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A Lot or a Little?
What you will—and won't—find in this movie.
Men play God to satisfy an unsavory whim.
Positive Role Models
People are protrayed as menacing and cruel, the creature is slow-witted but emotional and the Dr. is just as nefarious as ever. Not much to look up to here.
Violence & Scariness
Frankenstein's gentle when treated kindly, but when provoked the monster maims, even kills. And he's provoked often.
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Drinking, Drugs & Smoking
A blind man gives the monster a taste for drinking and smoking.
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Parents Need to Know
Parents need to know that this film has some frightening moments; just the concept of men playing God may frighten some children. A persecuted monster inspires pity. The very young may find the monsters, crypts, and a laboratory crackling with electricity unnerving. Grave robbing, murder, tinkering with nature are the film's main themes. This film might scare grade-school kids out of their jammies, but that's why they'll want to watch it. But it's best for older kids and preteens, who will probably get fewer scares and more laughs out of it than younger kids will. Still, parents may want to remain close by. There's enough suspense, pathos, and intentional humor here to make this great fun for everybody. Seeing Frankenstein and Pretorius at work in the laboratory might spur children to invent something of their own. To stay in the loop on more movies like this, you can sign up for weekly Family Movie Night emails.
Is It Any Good?
Stylish direction, a well-paced script, and a story that doesn't take itself too seriously make this classic as enjoyable now as it was in 1935. James Whale directed his last horror movie, with wit, style, and a grand sense of graveyard humor that elevates it high above most of the other Universal monster pictures of the era. Karloff makes the monster a pitiable creature, one children and adults will have no trouble empathizing with.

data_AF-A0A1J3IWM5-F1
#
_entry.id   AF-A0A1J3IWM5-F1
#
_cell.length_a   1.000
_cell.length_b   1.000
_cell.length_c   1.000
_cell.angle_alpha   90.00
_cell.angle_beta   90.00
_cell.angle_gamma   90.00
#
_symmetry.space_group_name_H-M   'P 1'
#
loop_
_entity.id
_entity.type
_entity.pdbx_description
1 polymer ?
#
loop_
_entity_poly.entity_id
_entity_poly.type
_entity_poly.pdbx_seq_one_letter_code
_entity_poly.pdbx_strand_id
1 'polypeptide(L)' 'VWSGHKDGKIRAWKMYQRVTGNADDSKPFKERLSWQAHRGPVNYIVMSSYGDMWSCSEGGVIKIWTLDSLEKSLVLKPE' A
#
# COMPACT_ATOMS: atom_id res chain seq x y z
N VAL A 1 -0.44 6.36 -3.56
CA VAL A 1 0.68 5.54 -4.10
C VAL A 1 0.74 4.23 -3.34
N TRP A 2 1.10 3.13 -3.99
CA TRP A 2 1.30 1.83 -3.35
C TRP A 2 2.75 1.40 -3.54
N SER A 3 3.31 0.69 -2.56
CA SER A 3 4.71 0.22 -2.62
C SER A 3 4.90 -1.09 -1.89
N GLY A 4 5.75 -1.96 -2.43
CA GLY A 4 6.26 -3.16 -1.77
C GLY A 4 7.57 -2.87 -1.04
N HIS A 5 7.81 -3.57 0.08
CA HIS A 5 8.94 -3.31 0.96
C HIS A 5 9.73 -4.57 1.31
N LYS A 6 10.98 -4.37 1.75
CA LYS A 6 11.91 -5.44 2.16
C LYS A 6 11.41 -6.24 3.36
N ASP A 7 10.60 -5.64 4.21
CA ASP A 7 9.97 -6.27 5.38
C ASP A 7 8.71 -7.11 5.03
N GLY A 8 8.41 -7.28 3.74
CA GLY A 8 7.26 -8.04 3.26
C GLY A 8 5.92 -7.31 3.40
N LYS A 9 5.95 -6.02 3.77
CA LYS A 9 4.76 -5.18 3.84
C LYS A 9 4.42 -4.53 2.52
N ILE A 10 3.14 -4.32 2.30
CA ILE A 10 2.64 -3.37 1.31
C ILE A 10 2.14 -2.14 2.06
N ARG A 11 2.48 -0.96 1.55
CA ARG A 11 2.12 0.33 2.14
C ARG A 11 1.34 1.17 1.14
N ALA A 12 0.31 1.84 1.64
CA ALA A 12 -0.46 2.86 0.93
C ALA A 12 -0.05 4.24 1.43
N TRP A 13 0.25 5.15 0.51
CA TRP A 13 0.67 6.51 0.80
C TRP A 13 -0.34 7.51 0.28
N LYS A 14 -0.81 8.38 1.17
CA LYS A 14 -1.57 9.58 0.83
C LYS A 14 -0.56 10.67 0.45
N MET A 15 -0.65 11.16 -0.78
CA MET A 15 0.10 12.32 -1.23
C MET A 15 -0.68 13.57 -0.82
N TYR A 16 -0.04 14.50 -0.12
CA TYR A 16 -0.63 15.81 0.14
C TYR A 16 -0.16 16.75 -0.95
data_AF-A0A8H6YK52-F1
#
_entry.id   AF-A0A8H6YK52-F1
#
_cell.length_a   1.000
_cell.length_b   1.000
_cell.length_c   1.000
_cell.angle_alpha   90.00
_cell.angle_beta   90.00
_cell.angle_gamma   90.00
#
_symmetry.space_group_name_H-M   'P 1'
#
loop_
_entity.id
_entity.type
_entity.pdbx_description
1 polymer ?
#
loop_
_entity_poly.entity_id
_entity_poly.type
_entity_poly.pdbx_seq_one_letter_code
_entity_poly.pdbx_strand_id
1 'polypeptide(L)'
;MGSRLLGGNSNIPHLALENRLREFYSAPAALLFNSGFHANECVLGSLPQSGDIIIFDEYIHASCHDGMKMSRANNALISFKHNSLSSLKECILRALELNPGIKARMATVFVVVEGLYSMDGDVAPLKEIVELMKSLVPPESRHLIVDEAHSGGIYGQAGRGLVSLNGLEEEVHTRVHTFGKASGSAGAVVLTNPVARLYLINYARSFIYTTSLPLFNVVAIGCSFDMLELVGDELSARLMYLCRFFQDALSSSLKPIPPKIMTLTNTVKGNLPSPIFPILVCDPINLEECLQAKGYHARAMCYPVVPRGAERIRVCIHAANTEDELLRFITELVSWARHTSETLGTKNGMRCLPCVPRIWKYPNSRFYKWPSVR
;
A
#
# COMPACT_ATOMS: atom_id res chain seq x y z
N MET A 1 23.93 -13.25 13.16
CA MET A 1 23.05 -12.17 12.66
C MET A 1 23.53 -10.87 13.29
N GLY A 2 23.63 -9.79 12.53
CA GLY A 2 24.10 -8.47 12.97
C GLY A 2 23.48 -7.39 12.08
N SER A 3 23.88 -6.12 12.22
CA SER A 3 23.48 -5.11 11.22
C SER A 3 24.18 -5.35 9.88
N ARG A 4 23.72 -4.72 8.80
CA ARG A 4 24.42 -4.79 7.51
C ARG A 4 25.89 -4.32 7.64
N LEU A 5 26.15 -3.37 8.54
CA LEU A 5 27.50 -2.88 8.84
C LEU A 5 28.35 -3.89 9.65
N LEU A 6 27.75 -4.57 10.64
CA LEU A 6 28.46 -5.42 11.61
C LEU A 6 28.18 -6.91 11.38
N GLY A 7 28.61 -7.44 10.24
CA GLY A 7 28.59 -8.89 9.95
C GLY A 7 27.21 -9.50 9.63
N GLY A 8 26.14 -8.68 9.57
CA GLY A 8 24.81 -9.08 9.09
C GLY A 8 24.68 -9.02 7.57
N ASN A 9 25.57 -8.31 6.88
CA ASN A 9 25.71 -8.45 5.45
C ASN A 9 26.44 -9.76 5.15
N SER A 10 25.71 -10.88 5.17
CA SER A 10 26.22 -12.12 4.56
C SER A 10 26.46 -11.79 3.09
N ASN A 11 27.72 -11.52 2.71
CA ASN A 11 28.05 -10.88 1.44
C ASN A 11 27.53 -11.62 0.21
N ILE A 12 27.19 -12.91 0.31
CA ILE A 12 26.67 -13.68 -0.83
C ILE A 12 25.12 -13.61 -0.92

Yet, the movie's most touching scene, in which a blind hermit befriends him, is almost as funny as Mel Brooks' parody of it in Young Frankenstein. The stormy laboratory scene in which the bride creature (played by Elsa Lanchester) comes to life is thrilling. Even though she lives for but a few brief minutes of screen time, her electrified hairdo, staring eyes, and mechanical jerks won her an honored and well-deserved place in Hollywood's classic monster showcase. For all but the most timid viewers, there's much more to enjoy here than there is to be frightened of.
Did we miss something on diversity?
Research shows a connection between kids' healthy self-esteem and positive portrayals in media. That's why we've added a new "Diverse Representations" section to our reviews that will be rolling out on an ongoing basis. You can help us help kids by suggesting a diversity update.
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Common Sense Media's unbiased ratings are created by expert reviewers and aren't influenced by the product's creators or by any of our funders, affiliates, or partners.See how we rate